Jacque Jones trade on-again, off-again

Paul Ladewski

Jacque Jones cast a lonely figure in front of his locker before the Cubs’ game against the Colorado Rockies on Tuesday night, when he waited for his trade to the Florida Marlins to be finalized.

Or so everyone seemed to think at the time.

Hours later, Jones was still a Cub after general manager Jim Hendry had second thoughts about the deal that would have sent the veteran outfielder and an undisclosed amount of money to the Marlins. Class A pitcher Graham Taylor was to be sent to the Cubs in return.

“We had some trade possibilities, and we worked hard on one in particular,” said Hendry, who said talks could be reopened soon. “At the end of the day, I decided that it wasn’t a good deal for us. We got close on one scenario and talked to some other clubs (Monday) about another scenario. Today, I felt that I wouldn’t be rushed into it and make a deal that wouldn’t be good for us.”

Jones is in the second year of a three-year, $16 million agreement. If the Cubs had agreed to pay more than $1 million toward what’s left on the contract, the commissioner’s office would have had to approve the trade, but Hendry said that wasn’t the reason the trade was called off.

“I’ve had some honest conversation with Jacque,” Hendry said. “He knows where I stand. I told him that I always do what’s best for the Cubs first, and I’m also cognizant of what’s good for the players. He knows that.”

In 63 games going into Tuesday’s action, Jones had only two home runs to show for 201 at-bats. He had a .234 batting average and 20 RBI. His defense also has left much to be desired.

“I don’t know,” manager Lou Piniella said when asked why Jones had fallen far short of expectations. “I wish that I had an answer. He works hard. He’s a really good kid. He wants to do well. I don’t know.”

Dempster goes on DL

Closer Ryan Dempster was placed on the 15-day disabled list because of a strained left oblique muscle. Dempster thus will not be available for the showdown against the Milwaukee Brewers this weekend.

“We tried to hold off to see if he could get better for the Milwaukee series Friday, but he said he felt (discomfort) when he jogged and didn’t see any way possible that he could (pitch) this weekend,” Hendry said. “Once he and (trainer) Mark O’Neal told me that, I felt we’d probably look at (a recovery) in the middle or late next week, which made no sense. So we made the obvious move.”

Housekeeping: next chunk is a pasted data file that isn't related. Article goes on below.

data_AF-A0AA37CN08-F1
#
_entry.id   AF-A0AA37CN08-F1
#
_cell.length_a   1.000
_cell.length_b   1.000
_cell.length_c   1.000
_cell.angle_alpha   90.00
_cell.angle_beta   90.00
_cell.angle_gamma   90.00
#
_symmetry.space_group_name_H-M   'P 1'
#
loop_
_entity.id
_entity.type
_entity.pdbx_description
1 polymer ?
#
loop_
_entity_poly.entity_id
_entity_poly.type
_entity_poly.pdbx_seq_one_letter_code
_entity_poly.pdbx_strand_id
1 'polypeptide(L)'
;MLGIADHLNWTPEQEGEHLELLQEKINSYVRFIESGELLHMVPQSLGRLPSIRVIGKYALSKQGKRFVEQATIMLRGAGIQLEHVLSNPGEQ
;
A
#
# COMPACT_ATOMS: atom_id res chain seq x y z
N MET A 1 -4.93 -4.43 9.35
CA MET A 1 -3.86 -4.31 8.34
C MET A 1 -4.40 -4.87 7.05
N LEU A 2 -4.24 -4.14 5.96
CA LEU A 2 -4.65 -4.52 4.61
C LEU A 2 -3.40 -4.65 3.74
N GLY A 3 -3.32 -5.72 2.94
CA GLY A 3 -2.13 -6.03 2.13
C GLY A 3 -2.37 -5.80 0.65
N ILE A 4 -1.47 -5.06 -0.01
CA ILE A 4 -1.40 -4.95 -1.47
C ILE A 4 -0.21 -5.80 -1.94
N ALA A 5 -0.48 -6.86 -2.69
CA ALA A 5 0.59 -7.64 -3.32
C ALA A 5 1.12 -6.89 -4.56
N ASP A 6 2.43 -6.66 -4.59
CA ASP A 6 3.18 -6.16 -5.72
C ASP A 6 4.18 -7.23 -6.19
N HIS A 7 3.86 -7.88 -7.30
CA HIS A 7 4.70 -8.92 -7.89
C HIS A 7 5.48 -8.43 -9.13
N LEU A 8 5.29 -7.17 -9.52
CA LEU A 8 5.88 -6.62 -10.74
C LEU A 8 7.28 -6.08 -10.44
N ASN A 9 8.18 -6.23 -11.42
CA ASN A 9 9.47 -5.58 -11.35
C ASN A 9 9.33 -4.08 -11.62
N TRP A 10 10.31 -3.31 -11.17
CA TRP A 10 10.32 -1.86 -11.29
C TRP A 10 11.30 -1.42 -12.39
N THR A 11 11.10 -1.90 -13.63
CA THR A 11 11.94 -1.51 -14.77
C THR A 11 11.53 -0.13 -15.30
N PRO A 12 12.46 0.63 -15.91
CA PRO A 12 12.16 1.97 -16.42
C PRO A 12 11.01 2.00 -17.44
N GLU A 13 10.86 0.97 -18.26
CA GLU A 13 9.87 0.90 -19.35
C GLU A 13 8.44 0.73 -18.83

Pitcher Wade Miller was moved from the 15-day DL to the 60-day DL, and pitcher Billy Petrick replaced Dempster on the roster.

A Kankakee native and Morris High School product, Petrick had split the season between Class A Daytona and Double-A Tennessee, where he had a combined 2.57 ERA and two saves in 24 relief appearances. The right-hander was a third-round pick by the Cubs in the 2002 draft.

The promotion of Petrick means Providence Catholic grad Carmen Pignatiello was passed over. A left-hander, Pignatiello had a 2.39 ERA through his first 25 appearances at Triple-A Iowa this season.

Take it easy

One night after he blew a save opportunity for the fourth time this season, reliever Bob Howry was given the night off.

The Rockies reached Howry for three runs in a six-run ninth inning Monday.

“I won’t use Howry at all,” Piniella said before Tuesday night’s game. “In fact, last night after the ballgame, I told him to stay in the dugout, don’t even go out to the bullpen. That will take away the temptation (to use him). I’m serious. He has pitched a lot.”

Fan depreciation night

One day after yet another fan ran onto the field while the game was in progress, Piniella was at a loss for an answer to what has been a problem at Wrigley Field for years.

“(The fans) don’t belong on the field. It’s obvious,” Piniella said. “But I got enough problems managing a baseball team without worrying about what fans do or don’t do. It’s dangerous when they do come out there. It shouldn’t happen.”

Wood on hold

Pitcher Kerry Wood had been scheduled for a bullpen session prior to the game, but it was postponed because of a flood at his north Chicago home.

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